This post marks the launch of our new food-advice column Checkout Line, by talented, funny, and food-obsessed Lou Bendrick. Ever get confused in the supermarket, wondering which “all-natural” label is legit? Ever wonder what you’d actually say to a farmer at a farmers market, or whether organic is better than local, or how you can stretch your dollar when you’re buying for the whole family? Lettuce know what food worries keep you up at night by writing us at groceries@grist.org. Dear Checkout Line, I love nuts, but I am always wondering what their origin is, since it rarely says on …

Can a crusade against crap toys ever succeed?

Is it just me, or is anyone else sick of fairies? Because personally I am sick to hell of wee folk and their tiresome fantasy ilk — unicorns with rainbow horns, mermaids with cotton-candy hair, and tarty princesses. Oh, I’m especially sick of the princesses. Is there some unwritten law that princesses have to dress like down-market 1980s bridesmaids? Can’t today’s little girls take their cue from Camilla Bowles in her classic tweeds? Illustration: Keri Rosebraugh I know I sound grumpy, but the current fantasy-toy craze is making my job as an eco-mom more challenging. Try finding a poofy ball …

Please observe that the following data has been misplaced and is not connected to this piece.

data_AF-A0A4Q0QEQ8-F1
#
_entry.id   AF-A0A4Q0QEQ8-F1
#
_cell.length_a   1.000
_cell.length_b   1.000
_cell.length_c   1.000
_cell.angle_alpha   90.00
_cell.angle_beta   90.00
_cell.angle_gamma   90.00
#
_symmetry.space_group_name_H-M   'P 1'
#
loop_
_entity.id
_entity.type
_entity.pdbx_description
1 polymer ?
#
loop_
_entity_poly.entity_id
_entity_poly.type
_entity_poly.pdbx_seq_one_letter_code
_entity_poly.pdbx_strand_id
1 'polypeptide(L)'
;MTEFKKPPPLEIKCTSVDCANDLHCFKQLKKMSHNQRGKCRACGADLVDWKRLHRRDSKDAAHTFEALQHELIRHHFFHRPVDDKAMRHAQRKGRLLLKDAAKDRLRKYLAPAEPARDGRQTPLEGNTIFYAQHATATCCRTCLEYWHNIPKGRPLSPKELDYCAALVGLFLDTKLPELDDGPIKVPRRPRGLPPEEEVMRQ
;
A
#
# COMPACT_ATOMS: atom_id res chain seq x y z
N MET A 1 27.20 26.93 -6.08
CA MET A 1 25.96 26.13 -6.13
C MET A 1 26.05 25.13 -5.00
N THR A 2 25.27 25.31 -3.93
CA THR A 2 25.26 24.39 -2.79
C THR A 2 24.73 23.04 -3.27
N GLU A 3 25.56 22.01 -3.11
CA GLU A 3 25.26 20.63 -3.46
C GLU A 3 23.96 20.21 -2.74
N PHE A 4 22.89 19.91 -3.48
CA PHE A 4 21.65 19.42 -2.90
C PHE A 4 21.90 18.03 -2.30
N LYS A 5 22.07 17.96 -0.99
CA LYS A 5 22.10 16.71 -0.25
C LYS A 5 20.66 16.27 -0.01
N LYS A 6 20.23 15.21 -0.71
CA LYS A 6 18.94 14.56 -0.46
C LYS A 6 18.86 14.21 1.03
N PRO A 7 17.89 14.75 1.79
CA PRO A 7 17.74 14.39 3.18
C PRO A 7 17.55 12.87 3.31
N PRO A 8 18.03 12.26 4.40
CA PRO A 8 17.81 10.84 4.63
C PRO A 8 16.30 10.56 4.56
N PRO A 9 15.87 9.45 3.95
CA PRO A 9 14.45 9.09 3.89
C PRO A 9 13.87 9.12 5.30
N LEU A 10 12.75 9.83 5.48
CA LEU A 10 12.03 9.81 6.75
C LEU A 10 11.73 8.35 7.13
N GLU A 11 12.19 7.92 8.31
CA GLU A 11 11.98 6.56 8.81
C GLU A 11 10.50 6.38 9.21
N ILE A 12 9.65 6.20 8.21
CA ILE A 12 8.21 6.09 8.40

Walton Ford brings testosterone to nature painting

Walton Ford. Photo: Jason Houston They, whoever the hell they are, say that great paintings work on many levels, and on the first, visceral level, a Walton Ford painting is gorgeous. Because his paintings are done on a large scale, it’s an in-your-face gorgeousness: You can’t miss the luster on a bison’s hoof, the plump pinkness of a zebra’s tongue, the detailed fur of a lion. I was a bit shocked to discover that Ford works in watercolor, a medium I’d always associated with washed-out seascapes. But this artist, who exudes a burly, masculine energy in person, does for watercolor …

Don’t let catastrophic visions get you down … well, not all of them

We greens spend a lot of time obsessing about how life as we know it is likely to end: in a slow, painful miasma of greenhouse gases; in the violent cross fire of a nuclear gang war; in mass ignominy, dead and bug-eyed in our folding chairs after endless rounds of fruitless policy discussions. But what the heck do we really know? Before the car was invented, people worried that the whole world would eventually be knee-deep in horse manure. Really, they did. Keep it handy, just in case. Photo: iStockphoto. Environmentalism, by definition, is about life and death. But …

So tell us … what’s your dirty little environmental secret?

I know this is going to come as a shock to you all, but someone needs to speak the truth. It seems that environmentalists have a bit of a reputation for being holier-than-thou — even, dare I say it, evangelistic. In our zeal to save the planet, we both scare and bore our fellow citizens, who see us as righteous beyond reason. Spring is here — is your conscience clear? This is bad form, and bad politics. So let’s try something new: Let’s share our humanity. Perhaps we can endear ourselves to the congregation by admitting our eco-sins — moral …